100 Years of International Women's Day: Cautious Celebration in Face of Bias, Violence and Media Stereotypes

Today, the 8th of March 2011, marks 100

years since the first celebration of International Women's Day, but the

struggle for women's rights remains a battle to be won, particularly for women

in the media says the International Federation of Journalists (IFJ). Despite

winning the right to vote and, in many countries, legal emancipation, women

continue to be the worst affected by recession, poverty and social dislocation.

Around the globe they are expected to maintain a double role as breadwinners

and home-makers. 
Female journalists struggle to overcome discrimination

at all levels and are targets of violence, threats and repression simply for

doing their job. The battle continues on issues of equal access to jobs and

promotion, equal pay and a greater representation of women in decision-making

positions. Media in many parts of the world continue to reinforce stereotypes

that encourage sexist behaviour and discrimination.

"Women are still discriminated against in the

workplace when it comes to salary or professional responsibility," said Mindy

Ran, Chair of the IFJ Gender Council, "Yet female journalists take major

physical risks in their work in many places across the world". Recent upheavals

in the Middle East and across the Arab world have further highlighted the

dangers many journalists face, and also the specific dangers facing women.

"The scourge of violence against journalists remains a

challenge for us all," said Jim Boumelha, IFJ President, "But the recent

serious sexual assault against CBS correspondent Lara Logan in the midst of

celebrations of a popular revolution in Cairo brings up another dimension - the

risk of sexual violence and harassment against women journalists."
The attack on Logan took place in Cairo's Tahrir

Square. She was saved by a group of women and soldiers. "The attack on Logan

must remind us that, while advising journalists about how to keep safe when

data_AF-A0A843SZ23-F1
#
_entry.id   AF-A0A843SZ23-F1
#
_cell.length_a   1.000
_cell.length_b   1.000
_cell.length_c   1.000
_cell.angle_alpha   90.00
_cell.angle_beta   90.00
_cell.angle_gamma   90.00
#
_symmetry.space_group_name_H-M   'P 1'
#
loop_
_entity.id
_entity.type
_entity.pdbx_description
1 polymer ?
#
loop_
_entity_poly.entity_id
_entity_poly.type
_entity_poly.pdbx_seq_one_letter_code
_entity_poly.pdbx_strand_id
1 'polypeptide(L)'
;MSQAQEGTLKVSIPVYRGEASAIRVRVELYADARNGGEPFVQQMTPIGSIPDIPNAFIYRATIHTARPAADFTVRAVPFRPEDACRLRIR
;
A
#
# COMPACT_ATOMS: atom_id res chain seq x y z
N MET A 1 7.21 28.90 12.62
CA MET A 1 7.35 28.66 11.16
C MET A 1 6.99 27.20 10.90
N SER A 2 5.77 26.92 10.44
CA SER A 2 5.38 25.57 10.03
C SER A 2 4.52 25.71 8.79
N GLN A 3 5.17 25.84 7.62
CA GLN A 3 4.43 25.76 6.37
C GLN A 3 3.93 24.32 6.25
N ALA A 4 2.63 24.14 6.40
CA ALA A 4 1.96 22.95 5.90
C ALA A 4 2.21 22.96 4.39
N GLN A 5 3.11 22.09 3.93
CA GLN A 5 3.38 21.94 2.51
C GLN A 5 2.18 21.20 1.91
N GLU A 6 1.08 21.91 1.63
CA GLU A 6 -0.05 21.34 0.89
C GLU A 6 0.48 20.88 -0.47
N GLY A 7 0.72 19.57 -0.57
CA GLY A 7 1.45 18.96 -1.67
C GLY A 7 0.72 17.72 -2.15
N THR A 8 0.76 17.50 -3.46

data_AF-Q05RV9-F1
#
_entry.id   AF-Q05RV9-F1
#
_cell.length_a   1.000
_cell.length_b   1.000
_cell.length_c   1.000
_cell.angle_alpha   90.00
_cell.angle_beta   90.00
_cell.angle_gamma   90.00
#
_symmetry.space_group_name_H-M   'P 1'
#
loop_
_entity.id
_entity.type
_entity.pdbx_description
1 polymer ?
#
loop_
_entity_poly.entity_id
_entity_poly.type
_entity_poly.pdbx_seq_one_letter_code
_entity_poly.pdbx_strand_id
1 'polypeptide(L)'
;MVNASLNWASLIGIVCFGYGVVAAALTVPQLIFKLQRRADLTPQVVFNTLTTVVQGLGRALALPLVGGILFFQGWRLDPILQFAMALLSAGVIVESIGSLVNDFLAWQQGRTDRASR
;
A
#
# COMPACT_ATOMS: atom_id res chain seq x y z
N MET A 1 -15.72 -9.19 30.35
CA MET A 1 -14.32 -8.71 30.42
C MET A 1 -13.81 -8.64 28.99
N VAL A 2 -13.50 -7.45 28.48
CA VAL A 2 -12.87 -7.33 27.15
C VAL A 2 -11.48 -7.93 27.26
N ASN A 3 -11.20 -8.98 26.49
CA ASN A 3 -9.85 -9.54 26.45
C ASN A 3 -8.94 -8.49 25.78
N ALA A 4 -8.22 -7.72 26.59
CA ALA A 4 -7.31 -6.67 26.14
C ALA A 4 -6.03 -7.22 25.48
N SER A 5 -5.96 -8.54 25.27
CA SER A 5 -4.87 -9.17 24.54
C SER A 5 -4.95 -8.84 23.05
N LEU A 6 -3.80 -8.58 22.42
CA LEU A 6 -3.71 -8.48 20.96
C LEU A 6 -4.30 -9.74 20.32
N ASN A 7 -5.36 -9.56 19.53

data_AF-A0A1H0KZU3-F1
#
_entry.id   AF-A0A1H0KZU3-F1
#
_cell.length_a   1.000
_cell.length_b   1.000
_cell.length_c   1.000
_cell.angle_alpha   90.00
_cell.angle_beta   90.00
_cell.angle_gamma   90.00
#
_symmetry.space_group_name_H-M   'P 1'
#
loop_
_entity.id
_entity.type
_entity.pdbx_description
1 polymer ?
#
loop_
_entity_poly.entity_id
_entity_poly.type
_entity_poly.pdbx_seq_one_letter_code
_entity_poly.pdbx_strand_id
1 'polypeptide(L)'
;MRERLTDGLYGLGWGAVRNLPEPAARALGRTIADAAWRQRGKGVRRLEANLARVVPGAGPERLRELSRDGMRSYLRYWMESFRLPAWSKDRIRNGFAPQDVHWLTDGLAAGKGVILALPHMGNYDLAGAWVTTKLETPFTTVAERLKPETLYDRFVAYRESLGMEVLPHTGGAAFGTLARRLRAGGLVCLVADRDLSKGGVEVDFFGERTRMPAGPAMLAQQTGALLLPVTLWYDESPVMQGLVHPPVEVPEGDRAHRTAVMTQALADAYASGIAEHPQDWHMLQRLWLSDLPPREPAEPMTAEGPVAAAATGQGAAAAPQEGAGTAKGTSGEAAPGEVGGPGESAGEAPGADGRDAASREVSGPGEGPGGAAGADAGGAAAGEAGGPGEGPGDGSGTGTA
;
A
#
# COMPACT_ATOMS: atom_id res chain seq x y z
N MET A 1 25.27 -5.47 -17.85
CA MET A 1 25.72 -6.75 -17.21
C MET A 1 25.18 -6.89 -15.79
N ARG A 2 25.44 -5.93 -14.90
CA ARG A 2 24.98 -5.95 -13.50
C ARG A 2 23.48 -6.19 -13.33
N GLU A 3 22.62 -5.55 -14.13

reporting these demonstrations, we must set out gender-specific training for

women journalists," said Boumelha.
The IFJ is also working to raise awareness on this

issue in regions such as the Democratic Republic of Congo, where attacks

against women involving systematic rape are rife.
In Europe, women journalists have joined with their

trade union sisters, not only to celebrate a century of amazing and inspiring

women in the movement across countries and unions - the first International

Women's Day was held in Germany -- but also to highlight the disaster of

systemic discrimination hidden in public spending cuts across the continent,

including in the United Kingdom, where trade unions estimate that cuts will

impact severely and disproportionately on disadvantaged women, single-parent

families and the most vulnerable in society.

In Russia, the 7th of March was marked with

readings, open debates and exchanges with activists from around the region and

other countries. There were also calls for solidarity against impunity,

repression and violence. Women journalists, such as Anna Politkovskaya, have

been among the prominent victims of impunity, repression and danger facing many

journalists in the region, and in Belarus, award-winning investigative

journalist Irina Khalip, correspondent for Novaya Gazeta, remains under house

arrest. In Turkey, journalists face constant threat of imprisonment.  Ten female journalists  were put in jail, among

the 68 journalists, for nothing more than doing her


Elsewhere the situation is equally troubling.

According to the Association of Iranian Journalists, two women journalists,

Hengameh Shahidi and Nazanin Khosravani are among the 34 journalists in jail.

In Colombia, many women journalists like Claudia Julieta Duque and her

daughter, who were threatened by the Colombian secret police because of

Claudia's investigative reporting, have been forced into exile on account of

their work.

"Across the globe women journalists are victims of

specific threats and, like all women, they remain vulnerable to oppressive

systems," said Boumelha. "The IFJ and its Gender Council joins with others in

celebrating the historic victories of the women's movement of the last century,

but we reaffirm our demand that journalists, editors, publishers and trade

unions work together to improve the safety of all women journalists. This is

not only an act of simple solidarity but it is of paramount importance in the

fight for press freedom, democracy and equality for all."



For more information, please contact IFJ on + 32 2 235 22 07

The IFJ represents more than 600.000 members in 125 countries.